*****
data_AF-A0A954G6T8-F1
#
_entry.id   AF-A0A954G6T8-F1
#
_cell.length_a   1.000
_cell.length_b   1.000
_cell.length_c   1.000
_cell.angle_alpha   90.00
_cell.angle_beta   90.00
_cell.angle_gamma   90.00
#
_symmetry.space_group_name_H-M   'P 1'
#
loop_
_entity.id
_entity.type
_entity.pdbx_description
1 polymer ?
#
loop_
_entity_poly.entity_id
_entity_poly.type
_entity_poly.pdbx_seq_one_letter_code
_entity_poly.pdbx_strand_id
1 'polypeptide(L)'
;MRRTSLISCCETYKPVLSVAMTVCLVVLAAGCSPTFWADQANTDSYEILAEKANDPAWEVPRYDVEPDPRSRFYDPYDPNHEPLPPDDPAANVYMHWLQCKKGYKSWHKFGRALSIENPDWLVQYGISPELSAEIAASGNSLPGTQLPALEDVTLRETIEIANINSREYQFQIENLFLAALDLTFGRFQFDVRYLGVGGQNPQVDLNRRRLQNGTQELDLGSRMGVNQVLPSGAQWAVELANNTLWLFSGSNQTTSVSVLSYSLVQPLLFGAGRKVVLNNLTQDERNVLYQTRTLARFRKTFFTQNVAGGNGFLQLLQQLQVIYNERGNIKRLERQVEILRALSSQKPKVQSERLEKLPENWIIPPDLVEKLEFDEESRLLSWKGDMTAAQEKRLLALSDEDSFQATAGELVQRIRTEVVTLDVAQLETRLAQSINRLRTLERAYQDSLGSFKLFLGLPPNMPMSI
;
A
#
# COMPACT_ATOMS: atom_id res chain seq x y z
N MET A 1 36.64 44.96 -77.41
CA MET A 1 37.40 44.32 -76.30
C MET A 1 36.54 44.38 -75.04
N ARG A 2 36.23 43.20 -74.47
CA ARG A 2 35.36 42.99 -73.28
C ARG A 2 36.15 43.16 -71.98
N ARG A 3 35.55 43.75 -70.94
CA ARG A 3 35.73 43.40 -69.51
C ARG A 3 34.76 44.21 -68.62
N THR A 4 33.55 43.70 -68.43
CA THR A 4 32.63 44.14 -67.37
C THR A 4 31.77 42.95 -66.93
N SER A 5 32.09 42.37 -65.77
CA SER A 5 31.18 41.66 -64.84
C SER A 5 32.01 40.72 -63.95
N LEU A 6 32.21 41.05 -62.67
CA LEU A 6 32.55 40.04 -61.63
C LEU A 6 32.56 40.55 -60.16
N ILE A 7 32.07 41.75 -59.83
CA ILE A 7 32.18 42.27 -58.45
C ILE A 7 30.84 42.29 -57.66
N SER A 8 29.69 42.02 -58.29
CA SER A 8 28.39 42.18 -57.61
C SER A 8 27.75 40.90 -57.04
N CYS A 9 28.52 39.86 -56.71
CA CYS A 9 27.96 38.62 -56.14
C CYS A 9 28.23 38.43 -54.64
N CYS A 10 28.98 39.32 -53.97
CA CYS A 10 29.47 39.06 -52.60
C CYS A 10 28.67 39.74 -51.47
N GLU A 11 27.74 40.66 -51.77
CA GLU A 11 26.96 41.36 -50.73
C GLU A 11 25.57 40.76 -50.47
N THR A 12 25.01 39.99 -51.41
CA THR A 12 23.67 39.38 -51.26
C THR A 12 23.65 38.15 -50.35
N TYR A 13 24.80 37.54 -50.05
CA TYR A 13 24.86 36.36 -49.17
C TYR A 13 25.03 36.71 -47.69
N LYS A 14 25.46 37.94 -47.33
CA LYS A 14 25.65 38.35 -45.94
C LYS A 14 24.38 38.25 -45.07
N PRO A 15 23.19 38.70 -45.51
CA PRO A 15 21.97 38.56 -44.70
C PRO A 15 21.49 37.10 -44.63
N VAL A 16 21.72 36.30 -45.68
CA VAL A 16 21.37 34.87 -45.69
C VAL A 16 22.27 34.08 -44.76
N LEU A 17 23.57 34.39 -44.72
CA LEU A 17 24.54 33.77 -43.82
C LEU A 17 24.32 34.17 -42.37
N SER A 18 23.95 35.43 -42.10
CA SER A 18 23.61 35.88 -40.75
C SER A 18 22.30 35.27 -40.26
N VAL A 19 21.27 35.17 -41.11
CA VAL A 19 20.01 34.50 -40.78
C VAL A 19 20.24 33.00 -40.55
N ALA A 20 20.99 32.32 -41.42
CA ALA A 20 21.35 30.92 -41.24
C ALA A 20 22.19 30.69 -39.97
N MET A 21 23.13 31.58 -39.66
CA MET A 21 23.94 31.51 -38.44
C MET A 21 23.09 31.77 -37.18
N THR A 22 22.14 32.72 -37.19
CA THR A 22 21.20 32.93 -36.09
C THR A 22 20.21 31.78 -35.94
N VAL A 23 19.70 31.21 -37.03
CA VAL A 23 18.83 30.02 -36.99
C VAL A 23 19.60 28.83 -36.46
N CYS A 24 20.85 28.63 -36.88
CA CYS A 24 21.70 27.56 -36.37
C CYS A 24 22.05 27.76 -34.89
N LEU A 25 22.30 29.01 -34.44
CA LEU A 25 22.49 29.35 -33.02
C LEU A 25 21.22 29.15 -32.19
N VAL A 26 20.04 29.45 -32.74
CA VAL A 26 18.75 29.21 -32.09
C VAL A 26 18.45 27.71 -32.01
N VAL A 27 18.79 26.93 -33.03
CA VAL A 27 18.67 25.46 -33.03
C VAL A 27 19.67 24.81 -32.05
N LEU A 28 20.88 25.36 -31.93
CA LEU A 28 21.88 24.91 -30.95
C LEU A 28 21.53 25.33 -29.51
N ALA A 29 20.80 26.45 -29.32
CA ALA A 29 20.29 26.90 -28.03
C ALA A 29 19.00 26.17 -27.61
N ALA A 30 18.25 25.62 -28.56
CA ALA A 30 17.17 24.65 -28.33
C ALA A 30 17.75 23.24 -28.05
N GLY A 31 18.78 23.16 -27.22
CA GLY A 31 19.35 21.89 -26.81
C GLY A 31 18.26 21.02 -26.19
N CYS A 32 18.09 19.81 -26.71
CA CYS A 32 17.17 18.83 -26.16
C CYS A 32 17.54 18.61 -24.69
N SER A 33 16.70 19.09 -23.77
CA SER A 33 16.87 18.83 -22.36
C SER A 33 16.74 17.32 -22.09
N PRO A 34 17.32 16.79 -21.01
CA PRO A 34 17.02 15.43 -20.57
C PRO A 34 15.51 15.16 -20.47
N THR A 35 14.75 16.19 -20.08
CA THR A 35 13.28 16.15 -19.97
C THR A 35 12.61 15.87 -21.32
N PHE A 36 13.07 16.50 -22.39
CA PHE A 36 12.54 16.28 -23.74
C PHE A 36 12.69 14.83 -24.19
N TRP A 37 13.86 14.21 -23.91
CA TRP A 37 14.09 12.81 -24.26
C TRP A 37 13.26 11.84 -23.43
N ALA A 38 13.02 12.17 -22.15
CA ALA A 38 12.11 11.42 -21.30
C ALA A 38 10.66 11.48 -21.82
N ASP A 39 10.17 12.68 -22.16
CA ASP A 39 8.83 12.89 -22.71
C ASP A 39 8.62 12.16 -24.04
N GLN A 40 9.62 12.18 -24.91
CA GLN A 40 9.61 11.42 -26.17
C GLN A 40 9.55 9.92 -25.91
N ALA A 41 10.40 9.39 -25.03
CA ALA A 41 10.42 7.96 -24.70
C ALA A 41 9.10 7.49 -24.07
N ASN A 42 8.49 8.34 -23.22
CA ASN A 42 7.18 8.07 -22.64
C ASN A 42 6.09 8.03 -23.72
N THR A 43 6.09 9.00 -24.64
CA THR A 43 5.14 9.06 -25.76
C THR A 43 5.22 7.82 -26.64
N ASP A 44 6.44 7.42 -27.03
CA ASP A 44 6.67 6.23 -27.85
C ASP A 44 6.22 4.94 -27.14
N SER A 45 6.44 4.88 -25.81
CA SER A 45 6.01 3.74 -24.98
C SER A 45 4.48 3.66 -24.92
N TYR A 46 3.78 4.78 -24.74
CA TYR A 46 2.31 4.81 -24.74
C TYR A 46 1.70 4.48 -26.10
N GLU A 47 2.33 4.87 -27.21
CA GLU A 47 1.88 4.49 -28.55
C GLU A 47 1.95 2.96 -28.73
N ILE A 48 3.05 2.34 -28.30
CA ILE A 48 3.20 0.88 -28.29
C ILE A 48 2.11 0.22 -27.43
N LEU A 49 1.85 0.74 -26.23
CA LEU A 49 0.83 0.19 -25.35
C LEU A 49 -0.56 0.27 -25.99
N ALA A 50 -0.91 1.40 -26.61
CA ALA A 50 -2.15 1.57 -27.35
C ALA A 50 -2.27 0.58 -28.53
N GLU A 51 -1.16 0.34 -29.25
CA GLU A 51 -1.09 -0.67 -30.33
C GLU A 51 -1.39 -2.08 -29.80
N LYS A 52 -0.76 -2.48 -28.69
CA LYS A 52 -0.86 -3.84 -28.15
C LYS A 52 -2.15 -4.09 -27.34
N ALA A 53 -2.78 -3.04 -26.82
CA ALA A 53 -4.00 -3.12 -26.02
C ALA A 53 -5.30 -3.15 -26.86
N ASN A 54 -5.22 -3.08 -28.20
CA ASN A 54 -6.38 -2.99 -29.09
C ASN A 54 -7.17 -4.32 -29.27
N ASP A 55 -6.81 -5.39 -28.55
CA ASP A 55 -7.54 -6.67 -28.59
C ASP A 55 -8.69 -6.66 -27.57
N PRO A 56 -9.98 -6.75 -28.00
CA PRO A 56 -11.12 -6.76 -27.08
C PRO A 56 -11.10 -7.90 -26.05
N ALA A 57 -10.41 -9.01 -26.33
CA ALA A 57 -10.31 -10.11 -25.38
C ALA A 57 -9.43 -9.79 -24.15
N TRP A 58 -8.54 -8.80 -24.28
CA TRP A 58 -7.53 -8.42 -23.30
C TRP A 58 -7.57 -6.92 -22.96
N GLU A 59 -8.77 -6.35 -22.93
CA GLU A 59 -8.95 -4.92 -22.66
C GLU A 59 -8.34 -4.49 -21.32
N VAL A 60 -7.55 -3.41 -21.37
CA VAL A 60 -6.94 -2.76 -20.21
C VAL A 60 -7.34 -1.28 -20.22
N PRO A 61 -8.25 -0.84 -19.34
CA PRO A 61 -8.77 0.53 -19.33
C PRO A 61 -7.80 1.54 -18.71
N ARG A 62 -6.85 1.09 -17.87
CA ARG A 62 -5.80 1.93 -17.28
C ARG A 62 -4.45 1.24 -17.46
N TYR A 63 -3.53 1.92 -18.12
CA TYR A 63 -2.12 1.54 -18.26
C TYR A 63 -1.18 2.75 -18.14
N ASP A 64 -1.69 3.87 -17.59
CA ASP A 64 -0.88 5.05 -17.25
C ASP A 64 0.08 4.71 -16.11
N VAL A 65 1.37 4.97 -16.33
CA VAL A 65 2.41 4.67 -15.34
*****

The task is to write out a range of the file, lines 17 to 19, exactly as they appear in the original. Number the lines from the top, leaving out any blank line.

_entity.pdbx_description
1 polymer ?
#